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Survey Finds Older iPhone Models Selling Better Than iPhone X/8: Report

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Based on their recent survey of 500 US Apple customers that purchased an iPhone, iPad, or Mac in the US in January-March 2018 period, analysts at Consumer Intelligence Research Partners (CIRP) have found that sales of legacy iPhone models, including iPhone 6S, 6S Plus and iPhone SE, are squeezing the sales of newer iPhone 8, 8 Plus, and iPhone X, according to data emailed to iPhone in Canada.

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While the sample size for the survey is relatively small, it suggests iPhone buyers are willing to choose older, cheaper models that have many of the same features as the latest ones. The research found that the iPhone 8/8 Plus, and iPhone X accounted for 60% of US iPhone sales during the three month period, but the breakdown was iPhone 8 at 23%, iPhone 8 Plus at 21%, and iPhone X at 16%.

The year-old iPhone 7 and 7 Plus accounted for almost one-fifth of sales, and the two-year old iPhone 6S and 6S Plus had 13% of sales. The iPhone SE grabbed 8% of sales, which is down slightly from 11% in the year-ago quarter, and up slightly over the December 2017 quarter.

“We now have a full quarter of results for all of Apple’s new iPhones, and together they account for a smaller share of total sales than the newest phones did this time last year,” said Josh Lowitz, CIRP Partner and Co-Founder. “iPhone X saw its share fall to 16%, down from 20% in the December 2017 quarter. iPhone 8 and 8 Plus share improved relative to the December 2017 quarter, combining at 44% of sales, compared to 41% in the last quarter.”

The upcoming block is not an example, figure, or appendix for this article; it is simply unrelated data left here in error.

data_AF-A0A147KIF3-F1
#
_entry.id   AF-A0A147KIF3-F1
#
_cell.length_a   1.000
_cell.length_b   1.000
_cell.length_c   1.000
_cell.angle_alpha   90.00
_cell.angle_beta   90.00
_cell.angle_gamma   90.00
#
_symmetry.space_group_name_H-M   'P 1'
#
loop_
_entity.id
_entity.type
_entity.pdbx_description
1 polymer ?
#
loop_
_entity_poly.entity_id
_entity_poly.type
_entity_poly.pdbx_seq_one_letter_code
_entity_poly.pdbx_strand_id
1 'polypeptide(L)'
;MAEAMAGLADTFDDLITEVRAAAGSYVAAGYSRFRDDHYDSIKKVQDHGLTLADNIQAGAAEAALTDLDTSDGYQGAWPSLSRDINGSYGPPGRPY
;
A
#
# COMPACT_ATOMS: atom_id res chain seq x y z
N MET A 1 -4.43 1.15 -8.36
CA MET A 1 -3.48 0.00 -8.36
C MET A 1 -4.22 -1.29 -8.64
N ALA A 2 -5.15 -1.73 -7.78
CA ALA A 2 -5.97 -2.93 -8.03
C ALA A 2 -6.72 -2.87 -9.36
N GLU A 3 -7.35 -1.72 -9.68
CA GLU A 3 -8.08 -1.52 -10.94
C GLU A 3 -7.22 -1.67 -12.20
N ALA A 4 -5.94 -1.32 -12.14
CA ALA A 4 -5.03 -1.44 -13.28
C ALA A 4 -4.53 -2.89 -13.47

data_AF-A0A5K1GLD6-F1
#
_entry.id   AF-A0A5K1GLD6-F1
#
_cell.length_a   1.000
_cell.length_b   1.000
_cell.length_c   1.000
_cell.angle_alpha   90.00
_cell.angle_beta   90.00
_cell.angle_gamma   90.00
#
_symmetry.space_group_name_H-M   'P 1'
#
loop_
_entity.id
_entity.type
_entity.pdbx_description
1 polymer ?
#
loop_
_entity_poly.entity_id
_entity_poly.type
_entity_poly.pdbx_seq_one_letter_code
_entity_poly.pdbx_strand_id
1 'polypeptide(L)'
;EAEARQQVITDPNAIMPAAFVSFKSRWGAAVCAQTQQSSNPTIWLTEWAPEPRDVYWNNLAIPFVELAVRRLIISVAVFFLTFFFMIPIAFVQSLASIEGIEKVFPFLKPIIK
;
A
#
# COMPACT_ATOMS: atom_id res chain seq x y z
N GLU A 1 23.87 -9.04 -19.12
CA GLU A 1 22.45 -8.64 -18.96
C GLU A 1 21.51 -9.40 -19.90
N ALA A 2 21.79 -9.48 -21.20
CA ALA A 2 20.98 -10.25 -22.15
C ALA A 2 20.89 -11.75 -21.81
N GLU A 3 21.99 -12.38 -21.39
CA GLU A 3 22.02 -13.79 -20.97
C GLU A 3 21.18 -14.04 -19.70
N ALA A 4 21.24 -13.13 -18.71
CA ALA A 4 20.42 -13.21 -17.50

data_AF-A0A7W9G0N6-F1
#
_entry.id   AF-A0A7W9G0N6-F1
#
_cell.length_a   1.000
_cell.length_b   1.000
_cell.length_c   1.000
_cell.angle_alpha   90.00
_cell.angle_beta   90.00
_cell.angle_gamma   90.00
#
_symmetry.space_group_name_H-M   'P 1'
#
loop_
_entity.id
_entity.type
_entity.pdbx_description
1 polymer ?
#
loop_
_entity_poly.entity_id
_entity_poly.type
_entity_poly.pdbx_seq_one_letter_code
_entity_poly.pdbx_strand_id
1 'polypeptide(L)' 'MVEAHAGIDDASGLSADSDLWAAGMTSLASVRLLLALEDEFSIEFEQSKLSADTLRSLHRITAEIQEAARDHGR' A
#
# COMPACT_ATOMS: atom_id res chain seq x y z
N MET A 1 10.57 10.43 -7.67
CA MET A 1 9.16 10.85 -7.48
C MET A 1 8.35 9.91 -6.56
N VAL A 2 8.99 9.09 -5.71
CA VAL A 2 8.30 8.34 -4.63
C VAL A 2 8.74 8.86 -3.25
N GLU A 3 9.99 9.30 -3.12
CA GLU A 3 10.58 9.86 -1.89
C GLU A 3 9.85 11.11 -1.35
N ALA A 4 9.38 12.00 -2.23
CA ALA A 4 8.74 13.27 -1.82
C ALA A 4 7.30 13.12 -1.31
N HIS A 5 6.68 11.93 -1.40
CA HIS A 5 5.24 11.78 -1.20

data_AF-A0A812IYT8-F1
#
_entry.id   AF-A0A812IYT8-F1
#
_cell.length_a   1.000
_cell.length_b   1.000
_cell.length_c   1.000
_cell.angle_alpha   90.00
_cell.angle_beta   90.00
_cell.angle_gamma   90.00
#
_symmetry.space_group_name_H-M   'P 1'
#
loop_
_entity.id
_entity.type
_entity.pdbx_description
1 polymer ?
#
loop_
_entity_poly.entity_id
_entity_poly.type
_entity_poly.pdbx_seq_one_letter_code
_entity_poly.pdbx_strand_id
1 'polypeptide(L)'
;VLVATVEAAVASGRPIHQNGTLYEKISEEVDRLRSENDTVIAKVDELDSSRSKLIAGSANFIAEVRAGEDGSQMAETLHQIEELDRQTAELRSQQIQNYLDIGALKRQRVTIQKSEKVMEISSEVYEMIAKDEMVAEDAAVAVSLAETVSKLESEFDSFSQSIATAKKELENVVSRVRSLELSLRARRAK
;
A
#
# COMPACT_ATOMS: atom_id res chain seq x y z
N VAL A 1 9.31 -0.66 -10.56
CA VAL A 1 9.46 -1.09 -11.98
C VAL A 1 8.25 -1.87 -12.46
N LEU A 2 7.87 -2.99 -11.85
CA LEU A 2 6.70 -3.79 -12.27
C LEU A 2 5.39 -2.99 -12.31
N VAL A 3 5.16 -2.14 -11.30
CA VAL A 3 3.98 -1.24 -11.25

“Based on these results, we expect Apple to report a lower ASP for the March 2018 quarter,” continued Lowitz. “Each quarter we calculate US-WARP, as a proxy for ASP. For the March 2018 quarter, we estimate US-WARP at $746, down from the $766 in the December 2017 quarter. This suggests that reported ASP in the March 2018 quarter is likely to decline.”

After the initial excitement over the iPhone X features, it seems the $1,000 USD flagship has settled into a much smaller share of sales than expected.

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